17 Mar Hey Siri! Let me introduce you to…..
A few years ago whilst working at Artificial Solutions my skunkworks team put together a prototype dev portal that would allow any developer to create Natural Language features for their own apps or be plugged into what was to become our virtual assistant, subsequently named Indigo. The marketing team launched this at Mobile World Congress in 2012, but for numerous reasons this was never thrown over the wall for a production release. The Teneo Platform is a great NLP platform nonetheless, with a full suite of engineering tools.
Since then a number of similar platforms have attempted the same by exposing SDKs and Platform APIs providing other engineers with some creative freedom. Perhaps the most notable one that I’ve had the opportunity to play with is Alexa, Amazon Echo’s NLP & ASR platform. It’s pretty darn good, and I’m using it for another project. The hardware strategy for this of making conversational UIs so readily available for users is a key driver for it’s success. I believe Alexa will be as successful for Amazon as it’s AWS service is.
The Apple development community though is still waiting for access to Siri’s core technology platform, so “Hey, Siri! Let’s introduce you to the possibilities.
“Hey, Siri! Let’s introduce you to some friends & colleagues…”:
Mobile is now the primary computing platform, but screens are cluttered with apps users rarely used, and the app marketplaces are now a quagmire of applications that drain hours of your life as you attempt to find solutions to your particular problem.
Siri’s prominence on the home button of every iPhone, iPad, Apple TV, and soon enough your Mac, provides the perfect gateway solution to decluttering your life from a myriad of unnecessary apps.
Like any good ‘real-life’ personal assistant Siri doesn’t know everything herself, but does know who to ask or where to find an answer (eg. Siri goes to Wolfram Alpha to find weight and measures or Wikipedia to find out how big the Eiffel Tower is).
So why do I need a Virgin Atlantic app to book my flight or upgrade my seat for my next flight? Why can’t Siri just talk to Virgin’s virtual assistant (let’s call her Amy) and deal with the transaction using Touch ID & Apple Pay? Ungrading my seat could be as simple as this:
[Siri finds my Token ID for Virgin Atlantic in iCloud, and my flight details from the Wallet app, and sends a request to Amy]
[Amy checks the request and responds with a negative, but provides an upgrade option]
I decide I would like to upgrade so go ahead and tap ‘Yes Please’, and then confirm payment using Touch ID.
This little transaction could have happened either with Siri as an intermediary (as pictured) or as a hand-off to Amy.
It’s a Win-Win-Win situation for all. I don’t have another app cluttering up my phone and get a hassle free experience, Virgin doesn’t need to maintain a client app, instead they have a far more efficient server side app to maintain, plus Apple & Virgin get more data to analyse and use for a host of improvements, including a more proactive Siri.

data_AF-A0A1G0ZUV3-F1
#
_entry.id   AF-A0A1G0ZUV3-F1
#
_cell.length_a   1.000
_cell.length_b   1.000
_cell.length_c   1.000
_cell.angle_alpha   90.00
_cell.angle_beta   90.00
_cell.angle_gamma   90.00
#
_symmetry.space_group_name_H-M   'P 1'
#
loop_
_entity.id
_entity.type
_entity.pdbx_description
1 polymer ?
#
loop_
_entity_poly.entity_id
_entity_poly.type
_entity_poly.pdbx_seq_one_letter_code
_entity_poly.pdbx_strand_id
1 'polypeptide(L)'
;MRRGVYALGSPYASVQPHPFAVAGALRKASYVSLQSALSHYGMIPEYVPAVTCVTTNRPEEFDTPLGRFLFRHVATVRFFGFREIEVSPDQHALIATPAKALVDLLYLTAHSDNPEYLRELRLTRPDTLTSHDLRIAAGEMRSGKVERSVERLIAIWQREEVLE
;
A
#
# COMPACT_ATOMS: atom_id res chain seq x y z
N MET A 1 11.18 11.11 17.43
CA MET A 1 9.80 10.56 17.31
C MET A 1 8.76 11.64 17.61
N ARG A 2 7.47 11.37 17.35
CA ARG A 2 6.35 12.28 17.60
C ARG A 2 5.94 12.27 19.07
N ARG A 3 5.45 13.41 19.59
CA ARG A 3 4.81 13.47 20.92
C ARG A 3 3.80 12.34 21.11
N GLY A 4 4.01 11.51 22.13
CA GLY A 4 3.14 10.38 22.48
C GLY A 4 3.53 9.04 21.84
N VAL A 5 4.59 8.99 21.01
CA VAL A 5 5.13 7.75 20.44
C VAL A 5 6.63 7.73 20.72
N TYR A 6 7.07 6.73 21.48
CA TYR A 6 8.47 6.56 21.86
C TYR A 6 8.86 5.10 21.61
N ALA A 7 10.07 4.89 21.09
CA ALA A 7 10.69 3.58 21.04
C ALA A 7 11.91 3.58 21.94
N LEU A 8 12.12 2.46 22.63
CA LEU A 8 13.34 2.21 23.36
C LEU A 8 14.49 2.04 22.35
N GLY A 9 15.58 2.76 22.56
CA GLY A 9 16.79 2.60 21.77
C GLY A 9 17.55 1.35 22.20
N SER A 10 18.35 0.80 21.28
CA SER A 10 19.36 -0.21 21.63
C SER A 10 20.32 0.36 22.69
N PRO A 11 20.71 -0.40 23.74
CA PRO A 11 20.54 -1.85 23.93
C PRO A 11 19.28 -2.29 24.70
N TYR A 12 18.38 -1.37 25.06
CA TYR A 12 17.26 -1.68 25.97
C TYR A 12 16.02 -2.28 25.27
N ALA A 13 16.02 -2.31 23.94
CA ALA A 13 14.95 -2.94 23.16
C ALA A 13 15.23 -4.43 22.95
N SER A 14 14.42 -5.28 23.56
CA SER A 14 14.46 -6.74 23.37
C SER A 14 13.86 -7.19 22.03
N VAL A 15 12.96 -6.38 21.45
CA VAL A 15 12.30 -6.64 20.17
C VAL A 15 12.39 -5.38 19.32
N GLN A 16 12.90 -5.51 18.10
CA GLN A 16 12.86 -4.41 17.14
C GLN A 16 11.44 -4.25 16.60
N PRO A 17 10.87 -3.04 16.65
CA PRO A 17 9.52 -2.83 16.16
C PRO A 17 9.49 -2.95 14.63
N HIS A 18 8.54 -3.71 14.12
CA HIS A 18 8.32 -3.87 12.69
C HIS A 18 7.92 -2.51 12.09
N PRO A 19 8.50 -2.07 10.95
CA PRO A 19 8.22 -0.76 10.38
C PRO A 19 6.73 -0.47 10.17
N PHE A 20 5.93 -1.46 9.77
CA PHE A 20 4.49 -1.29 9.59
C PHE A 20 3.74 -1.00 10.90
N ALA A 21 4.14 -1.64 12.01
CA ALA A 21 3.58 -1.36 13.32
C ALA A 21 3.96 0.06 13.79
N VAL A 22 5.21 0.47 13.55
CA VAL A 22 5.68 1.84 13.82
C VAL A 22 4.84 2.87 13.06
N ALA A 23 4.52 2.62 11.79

These NLP systems have so many uses beyond this type of productivity and commerce scenario. Language is the most basic form of communication that every human knows, whatever their understanding of technology or access to education. It’s the very foundation of human communication and that makes these NLP systems incredibly powerful for every enterprise and consumer. Whether it’s health care, education, even entertainment, and everything in between.
Apple announced last year that Siri was processing 1Billion requests a week. If that rose by just a fraction, the commercial proposition for Apple could easily generate a revenue stream in the hundreds of millions, even billions, given Siri’s scale, based on what competitors like IBM are charging for Watson, plus the knock on effects to the app markets and Apple Pay market.
It’s the potential of these ‘platform plays’ that make Apple more valuable than just a hardware company.
Aside from Siri based applications, there are a wealth of viable opportunities in the Apple ecosystem that could make good use of Siri’s technology stack.
Imagine a driving game. You’re driving an F1 car round the track when you skid round a corner. The game picks this up and your Pit Crew are on the radio straight away:
The game just became more immersive as the experience becomes more realistic.
I’ve only illustrated two use cases for the technology, but the possibilities are endless. If like me you’d like to see Apple open up the Siri technology stack, then do like this post or comment below. Perhaps public opinion will grab their attention. If you’re looking at this type of tech for a project and would like some help please get in touch, I’m always happy to help if I can, or point you in the right direction.
In the meantime, “Dear Apple, please let us introduce Siri to some friends and colleagues”.
Release the Siri Development Kit, and let the creativity begin!